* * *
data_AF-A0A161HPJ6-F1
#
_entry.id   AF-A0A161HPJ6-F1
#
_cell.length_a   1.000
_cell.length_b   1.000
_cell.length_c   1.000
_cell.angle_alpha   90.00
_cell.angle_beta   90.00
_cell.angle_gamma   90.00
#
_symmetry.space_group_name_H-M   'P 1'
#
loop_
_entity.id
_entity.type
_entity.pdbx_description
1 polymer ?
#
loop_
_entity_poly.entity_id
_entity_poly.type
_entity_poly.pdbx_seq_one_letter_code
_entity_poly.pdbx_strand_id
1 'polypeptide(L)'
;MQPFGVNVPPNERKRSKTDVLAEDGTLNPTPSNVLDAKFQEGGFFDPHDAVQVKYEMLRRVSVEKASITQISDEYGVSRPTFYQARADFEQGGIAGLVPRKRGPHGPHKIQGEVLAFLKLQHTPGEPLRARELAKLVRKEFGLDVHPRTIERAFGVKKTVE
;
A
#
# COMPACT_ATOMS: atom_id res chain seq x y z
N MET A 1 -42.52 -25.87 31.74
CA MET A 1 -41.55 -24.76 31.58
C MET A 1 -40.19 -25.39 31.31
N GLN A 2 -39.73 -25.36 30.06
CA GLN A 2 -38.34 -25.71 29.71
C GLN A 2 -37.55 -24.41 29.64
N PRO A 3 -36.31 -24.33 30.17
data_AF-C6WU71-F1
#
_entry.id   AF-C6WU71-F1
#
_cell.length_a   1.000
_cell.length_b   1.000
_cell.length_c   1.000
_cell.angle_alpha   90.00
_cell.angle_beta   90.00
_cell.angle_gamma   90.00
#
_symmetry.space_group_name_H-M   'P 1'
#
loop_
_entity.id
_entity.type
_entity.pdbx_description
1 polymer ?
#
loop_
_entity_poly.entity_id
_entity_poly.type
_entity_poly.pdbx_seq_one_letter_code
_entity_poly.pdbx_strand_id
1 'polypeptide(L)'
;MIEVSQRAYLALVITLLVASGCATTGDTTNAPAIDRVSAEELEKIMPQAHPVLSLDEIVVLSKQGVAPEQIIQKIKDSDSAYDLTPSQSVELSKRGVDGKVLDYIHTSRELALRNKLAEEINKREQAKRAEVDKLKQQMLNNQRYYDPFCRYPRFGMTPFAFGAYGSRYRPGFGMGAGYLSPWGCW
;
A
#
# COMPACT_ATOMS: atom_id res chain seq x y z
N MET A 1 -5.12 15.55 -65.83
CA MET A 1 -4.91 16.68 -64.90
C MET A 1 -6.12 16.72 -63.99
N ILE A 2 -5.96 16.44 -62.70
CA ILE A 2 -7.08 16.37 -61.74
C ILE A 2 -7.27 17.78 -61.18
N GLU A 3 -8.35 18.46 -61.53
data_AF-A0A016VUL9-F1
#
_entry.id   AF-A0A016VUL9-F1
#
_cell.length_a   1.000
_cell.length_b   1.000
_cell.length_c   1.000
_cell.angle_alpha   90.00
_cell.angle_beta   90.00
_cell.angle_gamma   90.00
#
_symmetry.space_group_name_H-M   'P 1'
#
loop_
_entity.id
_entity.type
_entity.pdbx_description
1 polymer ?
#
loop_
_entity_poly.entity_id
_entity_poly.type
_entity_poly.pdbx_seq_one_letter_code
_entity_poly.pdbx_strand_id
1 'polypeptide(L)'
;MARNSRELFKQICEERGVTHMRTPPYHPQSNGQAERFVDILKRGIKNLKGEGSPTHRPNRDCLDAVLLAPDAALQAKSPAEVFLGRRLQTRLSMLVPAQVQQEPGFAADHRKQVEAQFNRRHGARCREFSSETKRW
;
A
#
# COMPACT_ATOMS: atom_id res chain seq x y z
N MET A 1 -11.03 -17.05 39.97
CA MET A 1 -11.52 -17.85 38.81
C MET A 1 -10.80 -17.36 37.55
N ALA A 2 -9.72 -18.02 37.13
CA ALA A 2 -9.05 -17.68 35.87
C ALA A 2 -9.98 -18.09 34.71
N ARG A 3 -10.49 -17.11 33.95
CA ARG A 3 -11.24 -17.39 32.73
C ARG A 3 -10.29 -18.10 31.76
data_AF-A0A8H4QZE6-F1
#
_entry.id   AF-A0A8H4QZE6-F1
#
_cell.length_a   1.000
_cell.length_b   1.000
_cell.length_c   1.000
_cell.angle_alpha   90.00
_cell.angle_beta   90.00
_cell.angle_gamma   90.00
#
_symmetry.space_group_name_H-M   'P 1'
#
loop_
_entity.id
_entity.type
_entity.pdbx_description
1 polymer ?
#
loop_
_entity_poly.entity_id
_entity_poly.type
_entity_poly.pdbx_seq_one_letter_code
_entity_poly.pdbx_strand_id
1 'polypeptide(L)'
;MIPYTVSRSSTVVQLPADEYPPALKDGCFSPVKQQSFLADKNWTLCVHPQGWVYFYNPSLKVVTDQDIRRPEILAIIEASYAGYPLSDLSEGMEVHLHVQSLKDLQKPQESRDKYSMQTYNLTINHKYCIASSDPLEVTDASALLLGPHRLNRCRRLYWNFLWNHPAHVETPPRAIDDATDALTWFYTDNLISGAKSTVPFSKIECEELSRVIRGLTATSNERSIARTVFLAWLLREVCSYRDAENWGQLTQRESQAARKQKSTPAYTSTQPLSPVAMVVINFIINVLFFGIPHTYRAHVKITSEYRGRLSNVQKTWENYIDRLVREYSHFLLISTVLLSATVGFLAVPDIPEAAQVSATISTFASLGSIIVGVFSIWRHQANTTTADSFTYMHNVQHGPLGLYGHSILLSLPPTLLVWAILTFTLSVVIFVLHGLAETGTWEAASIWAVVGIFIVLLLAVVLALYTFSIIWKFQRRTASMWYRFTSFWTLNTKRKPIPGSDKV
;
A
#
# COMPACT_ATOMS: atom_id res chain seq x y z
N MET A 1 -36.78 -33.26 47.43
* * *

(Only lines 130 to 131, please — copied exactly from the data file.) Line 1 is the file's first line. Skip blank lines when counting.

_entity.pdbx_description
1 polymer ?